“A movie is always about a person,” said Sirmons, who also served as producer on Chickasaw Nation’s previous film, Te Ata. “You can do a Western and say, ‘Oh it’s a Western,’ but it’s not about the cows and it’s not about the stampedes … it’s about people.”
Johnson rose from early hardship as an abandoned child to establish a ranching empire in a highly contested area with the help and guidance of his friend, famous trail scout Jesse Chisholm (portrayed in the film by Eddie Easterling).
“Montford Johnson happened to be somebody that got along with everyone kind of,” Sirmons said.
Because of an agreement Johnson made with tribes in the area, Barbour said, the rancher, who died in 1896, primarily hired African-American and Native American cowboys to herd cattle.
“The African-American cowboy, we don’t hear their story very much,” Barbour said, “and it’s a big part of Oklahoma history.”
The Cheyenne and Arapaho also play key roles in the film.
“Because Montford’s life was so intricately associated with those tribes, you can’t really tell his life without also talking about what was going on with those tribes during the same time period,” Barbour said. “We know that many of the Plains Indian tribal people during this time were rounded up and sent to Florida.”
The film includes scenes shot on location at Fort Marion, Florida, where 72 Native Americans were imprisoned without trial in 1875.
“[Filmmakers consulted with Cheyenne and Arapaho representatives] over the course of a year about language and clothing and certain customs,” Barbour said.
In addition to the historic location in Florida (where Sirmons previously served as the state’s Commissioner of Film and Entertainment), the film’s local locations also include the Chickasaw Ranch near the Arbuckle Mountains, where some of Johnson’s many cattle once grazed.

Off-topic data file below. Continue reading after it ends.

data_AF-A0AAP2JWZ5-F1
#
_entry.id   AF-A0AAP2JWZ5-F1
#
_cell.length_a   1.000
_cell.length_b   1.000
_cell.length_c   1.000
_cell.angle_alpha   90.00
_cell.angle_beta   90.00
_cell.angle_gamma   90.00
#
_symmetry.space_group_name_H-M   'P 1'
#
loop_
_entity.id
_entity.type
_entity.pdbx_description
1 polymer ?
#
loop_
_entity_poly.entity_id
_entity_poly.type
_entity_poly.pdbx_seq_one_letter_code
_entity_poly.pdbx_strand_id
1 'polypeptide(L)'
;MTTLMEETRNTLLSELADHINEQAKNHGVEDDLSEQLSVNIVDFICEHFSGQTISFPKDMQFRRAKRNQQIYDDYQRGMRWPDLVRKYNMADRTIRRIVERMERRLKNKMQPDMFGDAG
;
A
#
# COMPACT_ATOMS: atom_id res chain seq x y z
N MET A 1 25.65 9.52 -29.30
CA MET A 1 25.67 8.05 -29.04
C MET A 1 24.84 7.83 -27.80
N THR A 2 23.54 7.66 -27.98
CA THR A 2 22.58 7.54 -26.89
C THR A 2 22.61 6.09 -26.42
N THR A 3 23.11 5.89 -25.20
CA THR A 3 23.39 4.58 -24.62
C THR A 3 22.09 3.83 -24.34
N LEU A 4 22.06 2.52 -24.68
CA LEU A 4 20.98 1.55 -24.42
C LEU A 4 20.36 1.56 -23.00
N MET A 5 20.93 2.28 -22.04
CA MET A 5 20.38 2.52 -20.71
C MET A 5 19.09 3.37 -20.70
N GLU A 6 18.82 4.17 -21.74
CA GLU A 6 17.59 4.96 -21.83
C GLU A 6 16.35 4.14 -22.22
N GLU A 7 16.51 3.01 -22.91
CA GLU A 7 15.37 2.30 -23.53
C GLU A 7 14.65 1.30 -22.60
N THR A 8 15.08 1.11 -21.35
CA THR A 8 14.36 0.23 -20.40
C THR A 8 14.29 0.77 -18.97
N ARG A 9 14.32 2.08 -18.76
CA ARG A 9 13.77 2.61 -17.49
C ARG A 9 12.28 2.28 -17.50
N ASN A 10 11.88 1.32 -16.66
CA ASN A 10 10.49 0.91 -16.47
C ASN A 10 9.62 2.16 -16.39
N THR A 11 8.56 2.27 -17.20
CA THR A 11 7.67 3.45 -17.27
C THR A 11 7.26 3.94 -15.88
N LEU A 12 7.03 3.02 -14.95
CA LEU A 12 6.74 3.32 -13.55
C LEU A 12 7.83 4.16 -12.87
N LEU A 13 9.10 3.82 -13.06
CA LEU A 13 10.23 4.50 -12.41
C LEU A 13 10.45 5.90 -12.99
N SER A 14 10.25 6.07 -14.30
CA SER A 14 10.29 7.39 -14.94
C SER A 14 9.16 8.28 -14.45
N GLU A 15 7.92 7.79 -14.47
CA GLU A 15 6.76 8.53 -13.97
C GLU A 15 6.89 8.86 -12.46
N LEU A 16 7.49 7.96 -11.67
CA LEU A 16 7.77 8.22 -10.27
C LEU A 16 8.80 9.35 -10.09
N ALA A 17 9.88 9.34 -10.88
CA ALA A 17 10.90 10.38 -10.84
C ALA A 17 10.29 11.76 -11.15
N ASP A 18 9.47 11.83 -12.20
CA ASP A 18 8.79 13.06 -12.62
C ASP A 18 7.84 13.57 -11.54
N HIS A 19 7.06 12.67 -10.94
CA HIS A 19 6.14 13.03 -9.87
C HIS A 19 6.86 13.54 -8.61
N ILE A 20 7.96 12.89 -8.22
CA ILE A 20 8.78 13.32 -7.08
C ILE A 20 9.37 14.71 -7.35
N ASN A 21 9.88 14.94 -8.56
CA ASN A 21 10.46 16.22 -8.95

“It definitely has an Oklahoma look and feel to it,” Barbour said. “The footage I’ve seen so far is absolutely gorgeous — big Oklahoma skies. … We feel like visually we were able to capture some beautiful scenery that showcases the state of Oklahoma, possibly what it might have looked like during Indian Territory days. … We feel like we captured the weather as well.”
Sirmons agreed, pointing out that Florida’s severe weather warnings (usually for hurricanes instead of tornados) typically come with earlier notice.
Oklahoma Film + Music Office director Tava Maloy Sofsky said she couldn’t be happier with Chickasaw Nation’s approach to filmmaking.
“I see them as partners, the Chickasaw Nation,” Sofsky said. “They care.”
Sirmons said Chickasaw representatives told him, “If you make the film that we want to tell and it only plays in our own theaters on our own property, we’re OK with that. It’s more important to us that the story be told right, that it be told honestly and it reflect the heart and the spirit of the Chickasaw people.”
He estimates that at least 200 Chickasaw worked on the film as actors and extras and crew, and he hopes future films will feature even more.
“My dream is that in a few years, that they won’t need me, that the Chickasaw people will make their own films and make them their own way,” he said.
Learn more at chickasawrancher.com.
Print Headline: True Western, The Chickasaw Nation produces a film about Oklahoma rancher Montford Johnson.